GUID : C5D855EE-F32B-4A1C-97A8-F0A28CE02F9C Product : SharePoint Server 2013

GUID : CBF97833-C73A-4BAF-9ED3-D47B3CFF51BE Product : SharePoint Server 2013 Preview

GUID : B7D84C2B-0754-49E4-B7BE-7EE321DCE0A9 Product : SharePoint Server 2013 Enterprise

GUID : 298A586A-E3C1-42F0-AFE0-4BCFDC2E7CD0 Product : SharePoint Server 2013 Enterprise Preview

GUID : D6B57A0D-AE69-4A3E-B031-1F993EE52EDC Product : Microsoft Office Web Apps Server 2013

GUID : 9FF54EBC-8C12-47D7-854F-3865D4BE8118 Product : SharePoint Foundation 2013

And to know about the Service Packs, there is no need of any PowerShell Commands. That we can directly go to the Central Administration and find.

Go to Central Administration.image1

Click on “Upgrade and Migration” on the Quick Links. image2

Click on “Check Product and Patch Installation Status”image3

This will tell us the current Patches Installation. By seeing the Version column we can identify. On the screen shot above shared, there is no SP installed.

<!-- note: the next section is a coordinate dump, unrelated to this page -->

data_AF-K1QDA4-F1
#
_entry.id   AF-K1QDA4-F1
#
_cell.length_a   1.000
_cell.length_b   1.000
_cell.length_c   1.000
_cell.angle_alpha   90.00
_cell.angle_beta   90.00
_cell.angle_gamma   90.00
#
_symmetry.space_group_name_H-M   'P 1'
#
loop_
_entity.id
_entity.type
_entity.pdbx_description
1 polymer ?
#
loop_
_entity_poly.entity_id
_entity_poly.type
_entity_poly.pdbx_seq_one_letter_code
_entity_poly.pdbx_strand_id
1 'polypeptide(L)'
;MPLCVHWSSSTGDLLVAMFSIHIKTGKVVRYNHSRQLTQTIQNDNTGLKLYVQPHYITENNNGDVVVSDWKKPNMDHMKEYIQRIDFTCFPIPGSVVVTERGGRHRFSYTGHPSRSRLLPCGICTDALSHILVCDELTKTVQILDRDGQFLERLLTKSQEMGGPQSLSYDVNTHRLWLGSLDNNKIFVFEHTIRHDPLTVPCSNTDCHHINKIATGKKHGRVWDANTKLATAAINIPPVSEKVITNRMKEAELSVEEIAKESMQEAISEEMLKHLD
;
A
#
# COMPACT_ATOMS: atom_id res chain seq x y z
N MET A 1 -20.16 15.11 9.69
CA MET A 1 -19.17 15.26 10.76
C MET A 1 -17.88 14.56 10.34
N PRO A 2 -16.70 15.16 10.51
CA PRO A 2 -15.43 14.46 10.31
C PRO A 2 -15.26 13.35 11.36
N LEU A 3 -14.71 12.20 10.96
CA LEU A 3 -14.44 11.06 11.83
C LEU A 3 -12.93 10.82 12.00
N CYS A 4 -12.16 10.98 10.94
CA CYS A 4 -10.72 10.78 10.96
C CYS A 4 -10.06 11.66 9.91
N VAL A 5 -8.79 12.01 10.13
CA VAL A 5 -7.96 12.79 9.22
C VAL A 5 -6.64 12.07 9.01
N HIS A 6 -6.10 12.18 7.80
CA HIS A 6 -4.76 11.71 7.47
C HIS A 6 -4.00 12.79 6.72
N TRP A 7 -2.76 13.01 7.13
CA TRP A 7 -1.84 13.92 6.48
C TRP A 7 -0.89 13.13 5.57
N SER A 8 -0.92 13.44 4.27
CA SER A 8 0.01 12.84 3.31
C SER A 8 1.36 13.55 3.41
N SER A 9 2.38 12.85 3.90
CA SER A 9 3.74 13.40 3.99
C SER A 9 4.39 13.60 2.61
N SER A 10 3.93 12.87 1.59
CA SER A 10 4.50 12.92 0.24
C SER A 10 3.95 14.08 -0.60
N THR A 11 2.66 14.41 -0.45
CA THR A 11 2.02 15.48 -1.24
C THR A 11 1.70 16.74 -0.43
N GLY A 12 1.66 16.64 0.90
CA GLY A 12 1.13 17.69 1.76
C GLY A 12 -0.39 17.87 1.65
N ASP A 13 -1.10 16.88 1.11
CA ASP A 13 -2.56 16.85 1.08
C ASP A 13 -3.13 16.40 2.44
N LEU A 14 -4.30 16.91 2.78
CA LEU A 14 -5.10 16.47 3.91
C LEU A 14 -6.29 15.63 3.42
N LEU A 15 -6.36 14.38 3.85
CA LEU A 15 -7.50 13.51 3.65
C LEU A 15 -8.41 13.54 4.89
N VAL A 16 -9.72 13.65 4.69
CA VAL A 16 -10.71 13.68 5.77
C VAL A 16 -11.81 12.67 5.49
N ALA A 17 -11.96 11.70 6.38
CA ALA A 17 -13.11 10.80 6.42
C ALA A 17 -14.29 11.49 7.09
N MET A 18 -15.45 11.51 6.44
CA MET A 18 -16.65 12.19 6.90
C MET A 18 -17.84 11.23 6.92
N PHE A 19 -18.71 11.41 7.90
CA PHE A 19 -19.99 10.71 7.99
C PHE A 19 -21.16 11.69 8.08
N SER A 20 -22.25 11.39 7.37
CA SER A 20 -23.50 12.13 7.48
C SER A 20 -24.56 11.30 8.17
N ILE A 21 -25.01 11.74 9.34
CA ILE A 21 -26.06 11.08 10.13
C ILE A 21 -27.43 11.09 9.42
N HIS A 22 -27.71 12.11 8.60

Delete All Old Versions from SharePoint 2010 Document Libraries

How many versions of a typical document do you need to keep?  5?  10?  100?
SharePoint content databases often get cluttered with redundant versions of the same documents.  In some cases, I’ve seen presentation libraries with less than 10 GB of active content, but hundreds of GBs of content due to gradual changes.
If you’re ready to clear out old versions, SharePoint 2010’s Management Shell makes it easy.  The script below will iterate through all lists and update them to keep only the last 2 copies.  It will also loop through and delete unneeded versions.

Get-SPWebApplication |  Get-SPSite -Limit All |  Get-SPWeb -Limit All |  ForEach-Object  { ForEach($list in $_.Lists) { If($list.EnableVersioning -eq $true) { $list.MajorVersionLimit = 2; $list.Update(); ForEach($item in$list.Items) { $item.URL; $item.SystemUpdate() } } } }

You can see that it…
  1. Loops through all web applications
  2. Loops through their site collections
  3. Loops through their webs
  4. Loops through their lists
  5. If versioning’s enabled, it sets the major version limit to 2
  6. In order to remove old versions, it needs to loop through each item and perform a system update

The script can be easily amended to deal with only specific site collections / libraries.  To keep a different number of versions, modify the MajorVersionLimit variable above.